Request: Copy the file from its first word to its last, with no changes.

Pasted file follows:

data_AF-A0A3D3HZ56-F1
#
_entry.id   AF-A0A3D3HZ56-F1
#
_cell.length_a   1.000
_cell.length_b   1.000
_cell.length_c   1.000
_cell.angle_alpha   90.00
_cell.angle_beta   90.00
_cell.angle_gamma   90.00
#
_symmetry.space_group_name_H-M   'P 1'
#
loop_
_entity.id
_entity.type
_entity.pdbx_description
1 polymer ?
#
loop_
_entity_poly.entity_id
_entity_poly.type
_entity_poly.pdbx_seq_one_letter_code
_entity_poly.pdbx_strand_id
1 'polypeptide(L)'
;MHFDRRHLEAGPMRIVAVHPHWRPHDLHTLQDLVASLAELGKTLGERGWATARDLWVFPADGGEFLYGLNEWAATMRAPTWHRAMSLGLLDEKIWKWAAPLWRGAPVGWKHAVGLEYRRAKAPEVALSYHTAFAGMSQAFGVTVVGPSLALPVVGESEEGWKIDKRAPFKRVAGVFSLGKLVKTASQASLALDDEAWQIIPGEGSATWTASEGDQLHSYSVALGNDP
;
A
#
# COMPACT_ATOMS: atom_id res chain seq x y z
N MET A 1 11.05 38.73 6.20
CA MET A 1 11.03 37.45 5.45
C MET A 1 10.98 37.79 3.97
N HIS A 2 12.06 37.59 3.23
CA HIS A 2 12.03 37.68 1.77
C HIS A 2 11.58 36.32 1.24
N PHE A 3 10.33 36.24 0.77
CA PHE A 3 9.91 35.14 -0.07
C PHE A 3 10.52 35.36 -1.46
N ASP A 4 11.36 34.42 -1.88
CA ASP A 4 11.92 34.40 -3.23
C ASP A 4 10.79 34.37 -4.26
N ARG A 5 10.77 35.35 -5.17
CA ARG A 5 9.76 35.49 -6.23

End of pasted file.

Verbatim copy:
data_AF-A0A3D3HZ56-F1
#
_entry.id   AF-A0A3D3HZ56-F1
#
_cell.length_a   1.000
_cell.length_b   1.000
_cell.length_c   1.000
_cell.angle_alpha   90.00
_cell.angle_beta   90.00
_cell.angle_gamma   90.00
#
_symmetry.space_group_name_H-M   'P 1'
#
loop_
_entity.id
_entity.type
_entity.pdbx_description
1 polymer ?
#
loop_
_entity_poly.entity_id
_entity_poly.type
_entity_poly.pdbx_seq_one_letter_code
_entity_poly.pdbx_strand_id
1 'polypeptide(L)'
;MHFDRRHLEAGPMRIVAVHPHWRPHDLHTLQDLVASLAELGKTLGERGWATARDLWVFPADGGEFLYGLNEWAATMRAPTWHRAMSLGLLDEKIWKWAAPLWRGAPVGWKHAVGLEYRRAKAPEVALSYHTAFAGMSQAFGVTVVGPSLALPVVGESEEGWKIDKRAPFKRVAGVFSLGKLVKTASQASLALDDEAWQIIPGEGSATWTASEGDQLHSYSVALGNDP
;
A
#
# COMPACT_ATOMS: atom_id res chain seq x y z
N MET A 1 11.05 38.73 6.20
CA MET A 1 11.03 37.45 5.45
C MET A 1 10.98 37.79 3.97
N HIS A 2 12.06 37.59 3.23
CA HIS A 2 12.03 37.68 1.77
C HIS A 2 11.58 36.32 1.24
N PHE A 3 10.33 36.24 0.77
CA PHE A 3 9.91 35.14 -0.07
C PHE A 3 10.52 35.36 -1.46
N ASP A 4 11.36 34.42 -1.88
CA ASP A 4 11.92 34.40 -3.23
C ASP A 4 10.79 34.37 -4.26
N ARG A 5 10.77 35.35 -5.17
CA ARG A 5 9.76 35.49 -6.23